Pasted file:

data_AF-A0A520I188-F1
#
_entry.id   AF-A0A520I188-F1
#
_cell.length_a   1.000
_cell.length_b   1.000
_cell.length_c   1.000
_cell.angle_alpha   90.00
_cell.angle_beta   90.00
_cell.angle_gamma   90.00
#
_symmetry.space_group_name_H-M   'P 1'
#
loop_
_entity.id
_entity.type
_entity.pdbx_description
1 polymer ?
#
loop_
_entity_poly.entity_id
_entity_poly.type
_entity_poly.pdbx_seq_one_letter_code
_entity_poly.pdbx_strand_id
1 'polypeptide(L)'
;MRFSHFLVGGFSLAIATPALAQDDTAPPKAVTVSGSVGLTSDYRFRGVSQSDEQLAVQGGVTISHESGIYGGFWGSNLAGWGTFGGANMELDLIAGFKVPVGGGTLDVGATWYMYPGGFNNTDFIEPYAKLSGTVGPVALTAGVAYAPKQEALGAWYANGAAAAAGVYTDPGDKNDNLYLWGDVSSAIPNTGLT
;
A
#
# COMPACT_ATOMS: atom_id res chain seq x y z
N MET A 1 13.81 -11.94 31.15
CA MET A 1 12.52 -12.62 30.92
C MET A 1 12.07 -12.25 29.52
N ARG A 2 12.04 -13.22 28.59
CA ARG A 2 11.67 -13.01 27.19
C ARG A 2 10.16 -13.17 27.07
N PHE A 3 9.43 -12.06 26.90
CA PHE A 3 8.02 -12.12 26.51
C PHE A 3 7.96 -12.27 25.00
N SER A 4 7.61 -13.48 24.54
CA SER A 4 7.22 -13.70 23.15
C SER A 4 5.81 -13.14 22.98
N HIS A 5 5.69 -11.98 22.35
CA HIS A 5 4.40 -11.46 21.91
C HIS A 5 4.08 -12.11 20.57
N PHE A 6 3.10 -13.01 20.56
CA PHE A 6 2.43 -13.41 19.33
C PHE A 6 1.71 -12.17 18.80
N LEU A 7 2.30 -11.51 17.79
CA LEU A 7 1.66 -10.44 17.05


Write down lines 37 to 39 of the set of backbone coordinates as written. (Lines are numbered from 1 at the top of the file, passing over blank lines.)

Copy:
N PHE A 3 9.43 -12.06 26.90
CA PHE A 3 8.02 -12.12 26.51
C PHE A 3 7.96 -12.27 25.00